Quick note before reading: I wrote on Builders FirstSource (NYSE:BLDR) back in March 2022 in my article “Builders FirstSource: Management Guidance Suggests 46% Upside.” Since then, the stock has risen 154% (outperforming the S&P 500 by ~134%). It might make sense to read that first and then jump into this piece to give a full overview as to my thoughts a few years back vs how I’m thinking about the company now.
Investment Thesis/Business Overview
Builders FirstSource manufactures and supplies building materials to homes around the United States. The company also provides professional installation services to homeowners looking to do remodels, additions, or build new homes. To put it more broadly, the company supports home construction projects.
And this is where the opportunity is, in my view. The United States needs more home construction projects to remedy the shortage of 4 million homes in the United States (according to The Hill). Builders FirstSource is a direct beneficiary of that.
Additionally, the company has already benefited from the recent pullback in mortgage rates, with single family home starts surging in recent months. An accommodative Fed this year will also lead to lower interest rates which will in turn create more housing activity – with BLDR acting as the main beneficiary.
As a result of the above factors mentioned, I forecast strong Revenue, EBITDA, and Free Cash Flow growth over the next 5 years, and my DCF model currently shows the stock has 22% upside from current levels.
Revenue Growth Drivers
As I mentioned in my opening paragraph, the US is currently short 4 million homes, and with the recent influx of immigration, this number is likely set to increase. Therefore, put simply, we need to build more homes. And that is where Builders FirstSource benefits. The company builds homes, does add-ons, and generally supports construction projects.
I think this slide in Builders FirstSource’s Investor Day Presentation does a great job of illustrating the structural demand I am talking about.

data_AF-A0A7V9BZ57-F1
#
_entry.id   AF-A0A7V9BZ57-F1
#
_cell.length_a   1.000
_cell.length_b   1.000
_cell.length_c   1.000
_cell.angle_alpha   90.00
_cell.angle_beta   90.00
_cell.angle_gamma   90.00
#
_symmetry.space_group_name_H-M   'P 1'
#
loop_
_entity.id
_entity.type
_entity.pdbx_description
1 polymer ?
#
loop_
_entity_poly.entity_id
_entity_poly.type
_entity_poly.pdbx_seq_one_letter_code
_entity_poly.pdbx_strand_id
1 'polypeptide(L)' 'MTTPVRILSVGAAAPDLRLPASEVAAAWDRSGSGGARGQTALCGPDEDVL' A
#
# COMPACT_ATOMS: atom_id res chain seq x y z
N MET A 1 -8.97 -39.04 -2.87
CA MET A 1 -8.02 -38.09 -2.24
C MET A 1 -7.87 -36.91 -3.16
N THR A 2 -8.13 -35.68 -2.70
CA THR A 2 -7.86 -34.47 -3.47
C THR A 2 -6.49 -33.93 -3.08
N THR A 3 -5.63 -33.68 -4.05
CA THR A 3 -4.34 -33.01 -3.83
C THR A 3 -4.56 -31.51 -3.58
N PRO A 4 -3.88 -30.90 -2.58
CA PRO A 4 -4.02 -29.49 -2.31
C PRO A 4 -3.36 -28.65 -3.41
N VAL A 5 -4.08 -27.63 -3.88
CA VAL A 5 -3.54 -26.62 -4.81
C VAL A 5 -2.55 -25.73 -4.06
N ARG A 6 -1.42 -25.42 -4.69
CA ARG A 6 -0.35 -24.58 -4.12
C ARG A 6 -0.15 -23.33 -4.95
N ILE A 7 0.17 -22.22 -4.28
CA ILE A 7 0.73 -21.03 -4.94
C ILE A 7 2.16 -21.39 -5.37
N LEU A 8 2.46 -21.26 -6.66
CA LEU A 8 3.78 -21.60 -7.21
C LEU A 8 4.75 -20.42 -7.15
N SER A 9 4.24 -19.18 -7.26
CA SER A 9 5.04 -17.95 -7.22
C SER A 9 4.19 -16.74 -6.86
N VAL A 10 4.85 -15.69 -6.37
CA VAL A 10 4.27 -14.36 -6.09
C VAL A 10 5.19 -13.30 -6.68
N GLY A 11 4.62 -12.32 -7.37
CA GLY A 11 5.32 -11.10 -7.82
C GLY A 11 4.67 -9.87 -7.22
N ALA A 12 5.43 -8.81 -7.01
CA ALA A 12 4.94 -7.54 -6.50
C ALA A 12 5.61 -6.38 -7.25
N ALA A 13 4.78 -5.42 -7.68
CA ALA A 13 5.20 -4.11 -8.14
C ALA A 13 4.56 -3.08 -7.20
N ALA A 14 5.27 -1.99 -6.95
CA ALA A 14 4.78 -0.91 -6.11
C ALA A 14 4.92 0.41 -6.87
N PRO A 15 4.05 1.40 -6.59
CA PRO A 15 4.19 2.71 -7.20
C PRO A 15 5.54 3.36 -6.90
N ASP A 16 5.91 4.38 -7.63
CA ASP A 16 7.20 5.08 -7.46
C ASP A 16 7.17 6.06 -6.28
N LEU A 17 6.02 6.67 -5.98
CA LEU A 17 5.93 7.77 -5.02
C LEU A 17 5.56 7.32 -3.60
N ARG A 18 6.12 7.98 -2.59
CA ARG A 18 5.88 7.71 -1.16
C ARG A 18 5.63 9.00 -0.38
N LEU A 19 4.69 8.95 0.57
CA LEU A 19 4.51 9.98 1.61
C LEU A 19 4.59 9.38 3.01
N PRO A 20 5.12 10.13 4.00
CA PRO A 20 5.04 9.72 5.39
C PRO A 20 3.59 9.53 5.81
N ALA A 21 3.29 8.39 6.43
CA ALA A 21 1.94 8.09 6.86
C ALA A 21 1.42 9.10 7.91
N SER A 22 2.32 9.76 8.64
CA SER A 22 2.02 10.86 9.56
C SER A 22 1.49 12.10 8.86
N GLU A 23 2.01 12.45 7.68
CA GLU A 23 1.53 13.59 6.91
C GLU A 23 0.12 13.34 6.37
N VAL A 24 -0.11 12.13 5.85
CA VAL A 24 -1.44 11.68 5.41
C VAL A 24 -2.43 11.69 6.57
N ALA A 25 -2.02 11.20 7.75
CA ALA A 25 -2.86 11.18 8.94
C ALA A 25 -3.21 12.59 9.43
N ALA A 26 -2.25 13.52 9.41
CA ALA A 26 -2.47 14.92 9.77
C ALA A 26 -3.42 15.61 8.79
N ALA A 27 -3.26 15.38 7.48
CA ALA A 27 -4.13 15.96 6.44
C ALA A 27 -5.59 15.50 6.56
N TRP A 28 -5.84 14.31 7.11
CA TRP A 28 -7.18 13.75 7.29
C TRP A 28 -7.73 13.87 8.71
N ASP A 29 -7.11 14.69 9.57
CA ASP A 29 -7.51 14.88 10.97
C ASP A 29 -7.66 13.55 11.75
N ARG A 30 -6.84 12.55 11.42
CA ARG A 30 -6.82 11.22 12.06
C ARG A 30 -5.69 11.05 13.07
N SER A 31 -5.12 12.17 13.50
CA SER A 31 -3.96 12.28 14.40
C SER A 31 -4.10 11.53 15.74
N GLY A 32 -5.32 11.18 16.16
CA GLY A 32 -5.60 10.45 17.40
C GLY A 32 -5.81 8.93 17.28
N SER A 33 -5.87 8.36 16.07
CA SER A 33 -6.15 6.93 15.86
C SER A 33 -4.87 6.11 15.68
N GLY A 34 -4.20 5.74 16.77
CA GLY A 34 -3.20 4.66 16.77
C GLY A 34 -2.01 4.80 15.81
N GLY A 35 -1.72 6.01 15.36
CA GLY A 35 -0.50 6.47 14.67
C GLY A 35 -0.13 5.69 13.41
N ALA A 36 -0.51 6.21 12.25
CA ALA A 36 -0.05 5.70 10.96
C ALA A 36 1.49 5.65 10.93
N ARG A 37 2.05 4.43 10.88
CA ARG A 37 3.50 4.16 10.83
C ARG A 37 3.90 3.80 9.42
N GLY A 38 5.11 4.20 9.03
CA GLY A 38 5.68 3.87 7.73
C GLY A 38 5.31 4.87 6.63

While “The Hill” reports the United States is 4 million homes short, and Builders FirstSource reports 1.7-3.5 million homes short, the point still stands – the United States needs more homes.
Another tailwind that I foresee this year is an accommodative Fed. Interest rates surged over the past few years, curbing housing activity in the United States.
Take a look at the NAHB US Housing Market Index indicator above, which is well below its highs of ~80 in mid-2020.
Still, Builders FirstSource was able to grow its revenues and profits markedly.
The 5Y CAGR of the following line items are below:
- Revenue: 26%
- EBITDA: 62%
- Net Income: 134%
- Free Cash Flow: 95%
Housing starts are also starting to pick up for single-family units. Take a look at the chart below.
Single-family homes is one of Builders FirstSource’s largest revenue generators. Take a look at the slide below from the company’s investor presentation.
The company says it is well-positioned for above-market growth and seeks to capture more market share within the single-family US new construction building materials industry.
Given the revenue growth drivers I mentioned above, these are my revenue and EBITDA, revenue, and free cash flow forecasts over the next 5 years.
I expect revenue climbs at a 6% CAGR over the next 5 years due to strong tailwinds in single-family unit construction, falling mortgage rates spurring housing demand, and a more accommodative Fed which will ultimately lead to more activity in the housing market.